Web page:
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(Rosemarie Gearhart/iStockphoto)
(Rosemarie Gearhart/iStockphoto)

TAX MATTERS

Taxes: Why you should start investing while you're still young Add to ...

Tim Cestnick is president of WaterStreet Family Offices, and author of several tax and personal finance books. tcestnick@waterstreet.ca

There’s nothing like an education about money while you’re still young. Consider the story of Lael Desmond, a graduate student from Indianapolis who set up a discount brokerage account with Ameritrade several years ago. He eventually filed a complaint against Ameritrade to recover the $40,000 he lost when investing in high-risk Internet stocks using money borrowed on margin. Mr. Desmond’s lawyer acknowledged that his client had read and signed a disclaimer that explained the risks, but he said that’s beside the point. “Yes, he agreed to it. But they shouldn’t have let him,” he said.

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I’m a firm believer in educating kids at a young age about investing – and starting them investing early in life. Aside from helping young people make wise decisions about their investments, starting young can lead to a much larger portfolio down the road. Time is an investor’s greatest ally. As we head into registered retirement savings plan (RRSP) season, encourage your adult children to contribute to their RRSPs. Here are some stories about the value of starting young.

Laurel and Hardy

Laurel and Hardy are friends, both of them 30 years old. Laurel has wanted to get a head start in saving for retirement and has decided to invest $5,000 each year, starting this year. Suppose he invests $5,000 annually in his RRSP or TFSA for 10 years (to age 40). His total investment will be $50,000 ($5,000 per year for 10 years). Suppose he then stops contributing to his plan and simply watches his portfolio grow until he reaches age 65. If he earns 7 per cent on his money annually, he’ll have $374,940 in his portfolio at age 65.

Now, consider Hardy. Like many, he’s a procrastinator, and let’s assume he waits eight years, until age 38, before he starts saving for retirement. At that time, he starts saving $5,000 per year, every year, until he’s age 65. So, Hardy will have invested $135,000 in total ($5,000 per year for 27 years). Assume he earns the same 7 per cent return on his portfolio and he also invests inside his RRSP or TFSA. At age 65, Hardy’s portfolio will be worth $372,420.

You’ll notice that Laurel and Hardy each have about the same-sized portfolio at age 65, but Laurel had invested just $50,000 while Hardy invested $135,000 to achieve the same results. The fact that Laurel started eight years earlier makes a huge difference in how much he needs to invest to achieve his retirement goals. By the way, if Hardy were to wait just two more years to start saving at age 40, he’d end up with just $316,245 – a full $56,175, or 15-per-cent less than what he’d have by starting at age 38.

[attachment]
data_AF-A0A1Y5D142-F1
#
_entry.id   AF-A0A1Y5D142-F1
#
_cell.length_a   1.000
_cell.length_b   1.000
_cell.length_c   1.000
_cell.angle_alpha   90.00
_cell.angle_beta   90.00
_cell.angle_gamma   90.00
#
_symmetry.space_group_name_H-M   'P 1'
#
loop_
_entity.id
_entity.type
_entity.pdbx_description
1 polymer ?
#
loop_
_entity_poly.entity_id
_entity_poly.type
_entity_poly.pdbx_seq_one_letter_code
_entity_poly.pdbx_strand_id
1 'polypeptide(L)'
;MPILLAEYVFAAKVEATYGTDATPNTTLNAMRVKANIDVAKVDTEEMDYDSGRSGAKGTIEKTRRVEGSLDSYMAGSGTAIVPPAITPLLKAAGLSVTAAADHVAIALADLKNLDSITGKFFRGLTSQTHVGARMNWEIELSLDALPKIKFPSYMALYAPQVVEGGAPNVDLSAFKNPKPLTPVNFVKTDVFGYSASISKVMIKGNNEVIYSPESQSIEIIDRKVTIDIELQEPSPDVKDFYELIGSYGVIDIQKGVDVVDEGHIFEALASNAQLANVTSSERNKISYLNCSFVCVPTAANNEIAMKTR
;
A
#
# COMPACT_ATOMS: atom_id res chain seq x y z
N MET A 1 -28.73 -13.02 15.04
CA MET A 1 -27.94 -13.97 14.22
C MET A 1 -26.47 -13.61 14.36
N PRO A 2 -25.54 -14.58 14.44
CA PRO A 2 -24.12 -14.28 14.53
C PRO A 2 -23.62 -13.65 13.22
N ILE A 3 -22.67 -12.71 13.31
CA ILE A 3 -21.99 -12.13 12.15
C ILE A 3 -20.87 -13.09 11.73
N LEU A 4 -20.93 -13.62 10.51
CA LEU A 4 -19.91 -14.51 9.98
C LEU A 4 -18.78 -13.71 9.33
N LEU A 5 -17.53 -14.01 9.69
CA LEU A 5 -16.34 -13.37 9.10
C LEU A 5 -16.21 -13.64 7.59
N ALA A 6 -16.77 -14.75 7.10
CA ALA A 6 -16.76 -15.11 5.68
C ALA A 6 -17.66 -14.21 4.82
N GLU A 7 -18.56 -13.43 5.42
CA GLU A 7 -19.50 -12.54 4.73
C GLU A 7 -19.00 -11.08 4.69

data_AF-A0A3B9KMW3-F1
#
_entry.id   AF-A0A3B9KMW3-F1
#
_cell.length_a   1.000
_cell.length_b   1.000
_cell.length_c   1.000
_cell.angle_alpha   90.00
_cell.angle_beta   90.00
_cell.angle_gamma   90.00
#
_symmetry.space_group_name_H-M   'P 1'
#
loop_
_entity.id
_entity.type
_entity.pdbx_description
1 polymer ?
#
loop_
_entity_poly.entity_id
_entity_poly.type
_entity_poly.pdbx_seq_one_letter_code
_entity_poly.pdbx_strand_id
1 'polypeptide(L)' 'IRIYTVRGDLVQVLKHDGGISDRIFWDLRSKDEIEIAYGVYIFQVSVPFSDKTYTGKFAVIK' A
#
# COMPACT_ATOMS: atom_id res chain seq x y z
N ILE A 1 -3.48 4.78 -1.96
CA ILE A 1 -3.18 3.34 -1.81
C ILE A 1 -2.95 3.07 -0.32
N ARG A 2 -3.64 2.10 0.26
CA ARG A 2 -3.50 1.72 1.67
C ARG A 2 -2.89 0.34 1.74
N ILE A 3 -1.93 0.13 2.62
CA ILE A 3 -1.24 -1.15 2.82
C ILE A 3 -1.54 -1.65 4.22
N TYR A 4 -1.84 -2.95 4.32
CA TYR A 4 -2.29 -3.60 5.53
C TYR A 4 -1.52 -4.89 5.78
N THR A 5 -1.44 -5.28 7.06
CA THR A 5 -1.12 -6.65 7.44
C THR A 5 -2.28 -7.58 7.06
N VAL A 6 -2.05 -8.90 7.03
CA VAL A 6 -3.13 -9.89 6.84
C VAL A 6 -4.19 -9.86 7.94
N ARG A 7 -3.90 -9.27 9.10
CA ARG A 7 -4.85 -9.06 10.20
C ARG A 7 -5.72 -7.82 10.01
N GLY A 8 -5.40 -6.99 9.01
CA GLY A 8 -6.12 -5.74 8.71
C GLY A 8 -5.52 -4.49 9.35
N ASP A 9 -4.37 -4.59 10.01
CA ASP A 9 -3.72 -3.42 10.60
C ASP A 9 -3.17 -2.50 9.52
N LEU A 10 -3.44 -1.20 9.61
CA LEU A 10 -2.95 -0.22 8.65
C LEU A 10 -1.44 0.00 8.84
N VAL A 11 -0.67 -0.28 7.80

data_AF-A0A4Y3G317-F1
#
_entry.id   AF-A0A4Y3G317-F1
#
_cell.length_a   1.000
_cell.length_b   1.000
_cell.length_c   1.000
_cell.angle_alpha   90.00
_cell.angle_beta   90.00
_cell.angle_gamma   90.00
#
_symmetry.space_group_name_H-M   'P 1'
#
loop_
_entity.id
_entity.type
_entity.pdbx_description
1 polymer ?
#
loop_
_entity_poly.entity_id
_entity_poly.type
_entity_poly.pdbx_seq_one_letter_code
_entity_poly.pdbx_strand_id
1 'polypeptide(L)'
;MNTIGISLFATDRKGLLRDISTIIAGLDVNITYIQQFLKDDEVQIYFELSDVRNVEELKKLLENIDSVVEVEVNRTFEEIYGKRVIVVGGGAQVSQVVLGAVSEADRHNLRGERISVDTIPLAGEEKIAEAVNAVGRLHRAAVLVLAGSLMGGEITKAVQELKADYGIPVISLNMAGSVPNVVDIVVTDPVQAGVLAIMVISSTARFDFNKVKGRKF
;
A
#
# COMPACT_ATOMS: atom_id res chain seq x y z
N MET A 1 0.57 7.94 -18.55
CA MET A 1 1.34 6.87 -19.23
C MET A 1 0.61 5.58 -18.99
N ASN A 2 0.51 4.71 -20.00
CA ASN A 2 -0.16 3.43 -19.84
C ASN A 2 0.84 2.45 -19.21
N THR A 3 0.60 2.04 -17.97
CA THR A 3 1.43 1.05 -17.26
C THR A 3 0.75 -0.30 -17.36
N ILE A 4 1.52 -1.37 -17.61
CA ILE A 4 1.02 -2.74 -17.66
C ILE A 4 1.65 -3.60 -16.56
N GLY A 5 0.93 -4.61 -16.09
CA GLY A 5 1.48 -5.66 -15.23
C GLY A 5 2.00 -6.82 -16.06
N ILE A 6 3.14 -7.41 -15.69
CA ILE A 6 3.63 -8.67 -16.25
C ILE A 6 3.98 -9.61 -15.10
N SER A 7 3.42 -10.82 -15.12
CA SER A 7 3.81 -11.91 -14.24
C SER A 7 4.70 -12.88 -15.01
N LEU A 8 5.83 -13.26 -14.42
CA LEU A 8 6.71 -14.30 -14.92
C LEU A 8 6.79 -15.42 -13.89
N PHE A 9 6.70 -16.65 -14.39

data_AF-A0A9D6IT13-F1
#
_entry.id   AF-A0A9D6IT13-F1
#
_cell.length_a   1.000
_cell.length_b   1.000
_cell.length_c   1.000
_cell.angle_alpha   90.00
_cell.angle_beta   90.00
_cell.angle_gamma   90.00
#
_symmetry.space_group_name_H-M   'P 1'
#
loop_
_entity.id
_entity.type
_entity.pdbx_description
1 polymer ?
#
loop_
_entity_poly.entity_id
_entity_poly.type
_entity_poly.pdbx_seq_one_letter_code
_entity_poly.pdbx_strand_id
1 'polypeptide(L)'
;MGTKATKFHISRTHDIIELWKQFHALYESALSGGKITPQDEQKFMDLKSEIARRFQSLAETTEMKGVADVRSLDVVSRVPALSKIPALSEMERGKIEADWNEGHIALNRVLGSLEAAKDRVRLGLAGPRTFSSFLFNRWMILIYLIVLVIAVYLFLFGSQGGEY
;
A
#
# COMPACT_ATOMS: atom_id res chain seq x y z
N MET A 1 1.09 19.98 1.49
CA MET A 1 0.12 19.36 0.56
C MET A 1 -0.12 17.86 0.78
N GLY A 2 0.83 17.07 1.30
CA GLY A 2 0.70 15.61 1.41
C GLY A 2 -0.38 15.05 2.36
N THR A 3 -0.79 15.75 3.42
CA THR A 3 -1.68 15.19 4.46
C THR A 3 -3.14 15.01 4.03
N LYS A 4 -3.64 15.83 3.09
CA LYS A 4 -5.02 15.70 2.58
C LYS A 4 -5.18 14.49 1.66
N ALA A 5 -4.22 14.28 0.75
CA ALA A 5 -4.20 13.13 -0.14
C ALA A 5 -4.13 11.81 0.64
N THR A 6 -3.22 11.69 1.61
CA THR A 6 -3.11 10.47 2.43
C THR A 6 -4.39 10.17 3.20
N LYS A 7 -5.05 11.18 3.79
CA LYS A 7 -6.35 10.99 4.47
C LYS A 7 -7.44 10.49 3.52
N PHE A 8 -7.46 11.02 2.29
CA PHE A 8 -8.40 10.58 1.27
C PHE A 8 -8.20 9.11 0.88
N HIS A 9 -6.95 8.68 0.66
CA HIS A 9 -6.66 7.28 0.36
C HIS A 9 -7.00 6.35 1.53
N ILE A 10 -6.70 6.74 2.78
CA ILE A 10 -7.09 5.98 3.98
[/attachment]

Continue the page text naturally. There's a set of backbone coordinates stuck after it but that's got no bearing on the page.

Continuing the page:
Laverne and Shirley

Let’s take a look at this from another perspective. Laverne and Shirley are friends, both 35 years old. They have each decided that they’d like to accumulate $1-million by age 65, 30 years from now. Laverne is pretty disciplined about her savings and has decided to start right away, investing in her RRSP. She’ll have to set aside $10,600 annually to reach her $1-million target, assuming she can earn 7 per cent on her portfolio over that time.

What about Shirley? She has decided to wait five years to start saving at age 40. If Shirley hopes to accumulate the same $1-million by age 65 she’ll need to invest $15,850 annually at the same 7 per cent return. That is, she’ll need to invest 50-per-cent more annually than Laverne to accomplish the same goal, since she’s starting five years later.

As an aside, what if these two women want instead to save $2-million each by age 65? Laverne would have to invest $21,175 annually starting today (at the same 7-per-cent return), and Shirley would have to invest $31,650 annually starting in five years.

Shirley could also run into another problem: She might not have enough RRSP contribution room to allow herself to invest that much in an RRSP annually. The amount she needs to set aside could exceed her RRSP contribution limits. RRSPs are best designed for use over many years, not for “hyper-savings” in the last years leading up to retirement.

How much to save

Be aware that $1-million will provide a pretax annual income of $60,000 for 28 years (assuming a 4-per-cent annual return in retirement). To accumulate this $1-million, it will take just over $10,000 set aside annually, invested at 7 per cent, for a period of 30 years, or $5,000 annually for 40 years.

 

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